First of all, I really have to thank phome for bringing this place to my attention in the comments of a previous post. I think it’s fair to say that I would never have discovered it on my own. Olive Cafe is located in Southeast Kansas City, just east of ye olde Bannister Mall, in an area of town that frankly, is not known for its quality food establishments.
When you turn into the small strip mall that houses Olive Cafe, you will immediately see a bereft-looking storefront with paper over the windows that advertises itself as Olive Cafe. This is actually the bakery. Keep driving to the back of the shopping center and you will see the actual operating restaurant and grocery.
When you walk in, Olive Cafe seems a tad confusing as it is primarily a small grocery rather than a typical restaurant. It demonstrates coziness and organizational savvy roughly equivalent to your local auto repair shop. On the right of the entrance are a handful of tables across from shelves of foodstuffs and 20 lb. bags of rice and flour.
Beyond that, in a separate little storefront is a room of formica booths and tables that is well-lit and very “fast food” feeling. But make no mistake, this place is dishing out some of the finest Middle Eastern fare in town. The menu is small but flavors are huge at his place and the food is not an afterthought.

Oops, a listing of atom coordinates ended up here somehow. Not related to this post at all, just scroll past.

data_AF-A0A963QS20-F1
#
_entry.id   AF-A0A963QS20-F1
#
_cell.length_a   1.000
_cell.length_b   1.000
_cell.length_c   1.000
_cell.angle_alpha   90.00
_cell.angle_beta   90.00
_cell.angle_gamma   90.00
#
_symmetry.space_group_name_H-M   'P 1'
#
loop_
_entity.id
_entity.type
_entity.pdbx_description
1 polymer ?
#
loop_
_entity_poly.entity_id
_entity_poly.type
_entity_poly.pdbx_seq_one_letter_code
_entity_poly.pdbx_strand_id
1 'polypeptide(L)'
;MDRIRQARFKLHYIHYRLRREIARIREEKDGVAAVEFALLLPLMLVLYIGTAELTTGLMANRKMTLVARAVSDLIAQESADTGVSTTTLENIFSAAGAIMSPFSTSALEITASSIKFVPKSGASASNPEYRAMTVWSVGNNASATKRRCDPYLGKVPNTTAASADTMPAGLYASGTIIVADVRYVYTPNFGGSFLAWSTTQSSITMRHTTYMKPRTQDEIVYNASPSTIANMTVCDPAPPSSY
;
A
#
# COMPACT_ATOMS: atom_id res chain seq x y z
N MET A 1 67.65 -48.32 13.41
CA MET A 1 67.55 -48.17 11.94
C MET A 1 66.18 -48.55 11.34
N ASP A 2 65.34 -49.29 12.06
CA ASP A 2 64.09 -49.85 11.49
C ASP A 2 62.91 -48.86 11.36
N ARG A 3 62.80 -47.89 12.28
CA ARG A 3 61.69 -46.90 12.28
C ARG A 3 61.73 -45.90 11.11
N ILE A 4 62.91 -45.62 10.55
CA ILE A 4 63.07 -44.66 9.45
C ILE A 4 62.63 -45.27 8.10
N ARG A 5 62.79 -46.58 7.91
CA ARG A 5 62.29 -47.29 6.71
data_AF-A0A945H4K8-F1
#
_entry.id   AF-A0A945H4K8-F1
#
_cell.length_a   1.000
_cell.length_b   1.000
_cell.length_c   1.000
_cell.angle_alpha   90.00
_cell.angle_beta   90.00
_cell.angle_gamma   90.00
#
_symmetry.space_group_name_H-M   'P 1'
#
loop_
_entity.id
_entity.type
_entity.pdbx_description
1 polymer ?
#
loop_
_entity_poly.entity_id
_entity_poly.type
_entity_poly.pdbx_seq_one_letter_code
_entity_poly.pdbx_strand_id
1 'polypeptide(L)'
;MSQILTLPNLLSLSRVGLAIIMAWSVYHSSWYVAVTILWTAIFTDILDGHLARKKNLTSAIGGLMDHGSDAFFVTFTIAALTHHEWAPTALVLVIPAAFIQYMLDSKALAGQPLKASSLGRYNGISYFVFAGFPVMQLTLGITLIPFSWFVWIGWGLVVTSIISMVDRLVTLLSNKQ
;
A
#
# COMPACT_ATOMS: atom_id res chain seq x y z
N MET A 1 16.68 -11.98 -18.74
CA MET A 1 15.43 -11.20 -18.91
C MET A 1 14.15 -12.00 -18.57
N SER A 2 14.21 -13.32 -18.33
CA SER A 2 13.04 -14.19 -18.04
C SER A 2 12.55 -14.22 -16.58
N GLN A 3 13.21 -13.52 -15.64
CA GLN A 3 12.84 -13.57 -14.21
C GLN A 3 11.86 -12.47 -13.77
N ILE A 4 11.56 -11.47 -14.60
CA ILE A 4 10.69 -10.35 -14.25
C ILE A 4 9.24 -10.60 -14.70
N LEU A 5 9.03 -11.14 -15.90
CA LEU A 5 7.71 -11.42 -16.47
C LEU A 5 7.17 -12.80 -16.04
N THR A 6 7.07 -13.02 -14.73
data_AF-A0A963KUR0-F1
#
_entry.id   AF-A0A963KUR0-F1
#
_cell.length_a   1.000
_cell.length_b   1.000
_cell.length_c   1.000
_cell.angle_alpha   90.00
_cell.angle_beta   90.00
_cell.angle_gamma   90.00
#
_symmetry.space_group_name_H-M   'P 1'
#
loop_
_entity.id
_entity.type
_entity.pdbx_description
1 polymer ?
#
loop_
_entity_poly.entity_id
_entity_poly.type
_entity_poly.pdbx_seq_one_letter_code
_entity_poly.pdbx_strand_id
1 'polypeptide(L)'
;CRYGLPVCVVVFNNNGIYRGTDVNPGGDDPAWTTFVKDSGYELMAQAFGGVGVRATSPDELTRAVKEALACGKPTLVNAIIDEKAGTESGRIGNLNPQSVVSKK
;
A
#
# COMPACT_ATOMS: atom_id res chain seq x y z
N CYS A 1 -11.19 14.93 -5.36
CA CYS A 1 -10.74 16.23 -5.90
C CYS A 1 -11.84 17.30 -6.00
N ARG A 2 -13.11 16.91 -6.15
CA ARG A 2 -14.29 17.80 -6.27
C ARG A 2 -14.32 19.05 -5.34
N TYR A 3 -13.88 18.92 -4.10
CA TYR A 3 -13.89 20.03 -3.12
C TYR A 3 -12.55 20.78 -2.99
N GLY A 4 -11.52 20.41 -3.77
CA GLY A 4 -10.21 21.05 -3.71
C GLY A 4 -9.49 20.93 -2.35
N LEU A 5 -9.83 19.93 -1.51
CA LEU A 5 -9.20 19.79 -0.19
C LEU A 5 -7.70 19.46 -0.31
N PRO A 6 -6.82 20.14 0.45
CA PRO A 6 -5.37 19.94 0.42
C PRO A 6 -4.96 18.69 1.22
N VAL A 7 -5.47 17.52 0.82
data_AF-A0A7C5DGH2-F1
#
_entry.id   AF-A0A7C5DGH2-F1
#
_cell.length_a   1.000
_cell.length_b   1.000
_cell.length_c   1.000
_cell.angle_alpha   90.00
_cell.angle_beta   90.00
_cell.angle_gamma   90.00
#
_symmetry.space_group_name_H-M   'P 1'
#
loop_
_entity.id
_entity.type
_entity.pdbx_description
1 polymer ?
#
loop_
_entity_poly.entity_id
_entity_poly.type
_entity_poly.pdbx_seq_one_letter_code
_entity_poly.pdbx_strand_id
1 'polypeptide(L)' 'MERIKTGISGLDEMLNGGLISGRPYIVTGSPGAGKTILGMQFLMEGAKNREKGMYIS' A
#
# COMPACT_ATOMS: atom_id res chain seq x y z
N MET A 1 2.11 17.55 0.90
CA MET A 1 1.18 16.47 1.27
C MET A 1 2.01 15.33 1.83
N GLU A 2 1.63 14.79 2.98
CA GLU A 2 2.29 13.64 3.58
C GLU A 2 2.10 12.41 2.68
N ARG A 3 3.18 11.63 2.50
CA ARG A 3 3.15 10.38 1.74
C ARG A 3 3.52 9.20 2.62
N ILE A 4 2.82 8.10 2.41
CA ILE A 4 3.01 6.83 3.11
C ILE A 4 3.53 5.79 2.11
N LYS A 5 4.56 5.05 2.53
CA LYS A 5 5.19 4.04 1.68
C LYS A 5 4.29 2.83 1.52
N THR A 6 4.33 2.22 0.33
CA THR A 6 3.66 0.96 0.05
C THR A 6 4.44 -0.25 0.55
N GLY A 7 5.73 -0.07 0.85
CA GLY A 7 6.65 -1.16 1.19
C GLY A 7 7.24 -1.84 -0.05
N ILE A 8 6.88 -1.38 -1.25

There were two gentlemen working the front counter at my visit and they quickly offered to take my order. The menu itself is small and fairly typical of middle eastern spots: gyros, kofta, shawarma, falafel, chicken kabobs, and even salads. You can make out a few things on this terribly mediocre photo:
They have a regular soda fountain and a whole host of imported beverages and juices in cases strewn about the place. There was a man enjoying a small pot of hot tea as well. After ordering, we were instructed to sit down and pay after eating. The food came out in 10 minutes or so. The vegetarian platter was quite a lovely site:
The kofta sandwich, not so much:
But beneath the surface was a hearty mixture of heavily seasoned lamb, onions, tomatoes and pickles. The sandwich was housed in a fresh, soft pita and dressed with tahini sauce.
The falafel here is some of the best I’ve ever had. It’s more coarsely ground and fried harder than you typically see, creating a thick brown crust on each patty. The baba ghanoush is simply fantastic at Olive Cafe. It has a very smoky taste probably due to grilling the eggplant. The hummus is fine, heavier on the tahini than I am used to, but I still enjoyed it. They added some stuffed grape leaves to the veggie platter for a dollar extra. They tasted like stuffed grape leaves always do, that is to say, kind of boring and texturally deficient. In general I think the folks at Olive Cafe know how to season their food quite well. If you have never understood the transcendent appeal of baba ghanoush or falafel, you should head down and try it.
I think Kansas City’s best blogger, Meesha V. would like this place, and I encourage him to try it in his continuing quest to improve Jewish-Islamic relations.
And after your meal, you can walk the aisles looking at all manner of interesting imported grocery items catering to a Mediterranean, middle eastern and south Asian clientèle.
You can also order some freshly cured olives, halal meat or feta cheese from the front counter.
As this is a Muslim owned and operated establishment, you should know that they close up shop on Fridays between about noon and 1pm for prayer. There was a sign on the door but I have forgotten the exact closure period. Regardless anyone down in this part of town would do well to shoot out Bannister Road if they get a hankering for Middle Eastern food and try out Olive Cafe.